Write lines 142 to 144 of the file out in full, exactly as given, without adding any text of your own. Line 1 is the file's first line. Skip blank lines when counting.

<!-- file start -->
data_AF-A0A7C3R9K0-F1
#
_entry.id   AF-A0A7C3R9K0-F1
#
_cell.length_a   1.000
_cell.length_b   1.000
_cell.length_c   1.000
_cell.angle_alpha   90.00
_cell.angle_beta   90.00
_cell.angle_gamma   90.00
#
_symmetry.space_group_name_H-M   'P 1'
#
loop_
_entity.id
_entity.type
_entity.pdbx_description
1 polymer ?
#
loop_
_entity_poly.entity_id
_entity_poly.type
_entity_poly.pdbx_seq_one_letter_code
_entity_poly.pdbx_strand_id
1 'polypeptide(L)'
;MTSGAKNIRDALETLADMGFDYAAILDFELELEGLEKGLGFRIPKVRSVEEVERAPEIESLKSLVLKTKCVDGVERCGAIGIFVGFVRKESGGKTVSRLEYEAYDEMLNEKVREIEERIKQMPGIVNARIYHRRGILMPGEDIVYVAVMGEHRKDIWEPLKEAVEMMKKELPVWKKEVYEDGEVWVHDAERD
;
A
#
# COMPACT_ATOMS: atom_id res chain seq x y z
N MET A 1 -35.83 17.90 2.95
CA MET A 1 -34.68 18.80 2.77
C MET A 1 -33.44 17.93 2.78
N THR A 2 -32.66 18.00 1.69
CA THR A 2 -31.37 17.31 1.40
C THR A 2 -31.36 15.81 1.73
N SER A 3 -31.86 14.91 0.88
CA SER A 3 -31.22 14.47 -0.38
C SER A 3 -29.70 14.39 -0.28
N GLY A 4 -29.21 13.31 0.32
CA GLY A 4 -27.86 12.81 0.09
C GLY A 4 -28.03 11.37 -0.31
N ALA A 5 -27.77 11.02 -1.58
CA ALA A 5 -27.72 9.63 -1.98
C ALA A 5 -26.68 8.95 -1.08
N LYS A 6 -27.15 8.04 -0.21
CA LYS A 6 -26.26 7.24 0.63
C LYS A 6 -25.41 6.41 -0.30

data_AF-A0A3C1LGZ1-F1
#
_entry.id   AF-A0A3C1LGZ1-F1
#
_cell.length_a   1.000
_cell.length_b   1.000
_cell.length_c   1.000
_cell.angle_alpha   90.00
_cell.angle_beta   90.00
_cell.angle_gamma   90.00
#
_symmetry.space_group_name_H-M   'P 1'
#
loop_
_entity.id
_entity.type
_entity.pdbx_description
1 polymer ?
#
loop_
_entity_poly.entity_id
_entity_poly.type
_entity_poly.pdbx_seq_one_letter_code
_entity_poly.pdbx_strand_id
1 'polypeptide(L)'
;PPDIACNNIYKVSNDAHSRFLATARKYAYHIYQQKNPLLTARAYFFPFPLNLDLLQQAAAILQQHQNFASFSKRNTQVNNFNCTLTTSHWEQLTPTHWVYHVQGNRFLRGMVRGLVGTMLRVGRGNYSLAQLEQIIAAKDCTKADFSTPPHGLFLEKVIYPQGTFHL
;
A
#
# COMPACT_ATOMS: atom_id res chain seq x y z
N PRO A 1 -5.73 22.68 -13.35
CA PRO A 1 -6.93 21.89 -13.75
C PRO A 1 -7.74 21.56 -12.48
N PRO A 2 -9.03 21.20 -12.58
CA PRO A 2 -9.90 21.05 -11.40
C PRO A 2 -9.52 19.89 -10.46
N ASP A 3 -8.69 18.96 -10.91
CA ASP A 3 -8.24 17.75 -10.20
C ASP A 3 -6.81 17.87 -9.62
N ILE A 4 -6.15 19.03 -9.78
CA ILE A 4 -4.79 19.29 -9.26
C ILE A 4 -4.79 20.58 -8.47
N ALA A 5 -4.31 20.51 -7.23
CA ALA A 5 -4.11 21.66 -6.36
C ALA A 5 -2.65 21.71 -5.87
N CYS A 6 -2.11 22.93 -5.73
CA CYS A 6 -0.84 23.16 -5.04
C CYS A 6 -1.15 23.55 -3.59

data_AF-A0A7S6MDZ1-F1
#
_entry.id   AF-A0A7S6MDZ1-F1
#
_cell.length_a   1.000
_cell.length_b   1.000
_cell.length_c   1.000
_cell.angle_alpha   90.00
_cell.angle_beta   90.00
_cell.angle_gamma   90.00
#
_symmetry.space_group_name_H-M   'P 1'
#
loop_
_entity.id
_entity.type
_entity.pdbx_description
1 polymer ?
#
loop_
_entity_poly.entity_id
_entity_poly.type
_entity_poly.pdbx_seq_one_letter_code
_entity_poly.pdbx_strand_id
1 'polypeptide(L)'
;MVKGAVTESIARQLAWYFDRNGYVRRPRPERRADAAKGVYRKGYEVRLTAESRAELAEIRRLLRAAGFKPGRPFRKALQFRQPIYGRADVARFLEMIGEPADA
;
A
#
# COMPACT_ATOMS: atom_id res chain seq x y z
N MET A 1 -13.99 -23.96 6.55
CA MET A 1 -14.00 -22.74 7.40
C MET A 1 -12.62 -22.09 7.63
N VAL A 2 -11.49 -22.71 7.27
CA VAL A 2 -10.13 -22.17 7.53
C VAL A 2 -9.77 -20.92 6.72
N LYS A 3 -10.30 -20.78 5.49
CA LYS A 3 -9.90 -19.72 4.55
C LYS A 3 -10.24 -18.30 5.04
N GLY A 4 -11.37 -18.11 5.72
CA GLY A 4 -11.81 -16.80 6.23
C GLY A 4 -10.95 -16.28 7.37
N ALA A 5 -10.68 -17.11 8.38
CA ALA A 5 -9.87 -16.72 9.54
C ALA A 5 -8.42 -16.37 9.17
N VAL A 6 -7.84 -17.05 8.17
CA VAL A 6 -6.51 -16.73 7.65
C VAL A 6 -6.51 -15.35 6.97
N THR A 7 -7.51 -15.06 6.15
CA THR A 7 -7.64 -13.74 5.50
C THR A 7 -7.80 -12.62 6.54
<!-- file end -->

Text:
N VAL A 6 -7.84 -17.05 8.17
CA VAL A 6 -6.51 -16.73 7.65
C VAL A 6 -6.51 -15.35 6.97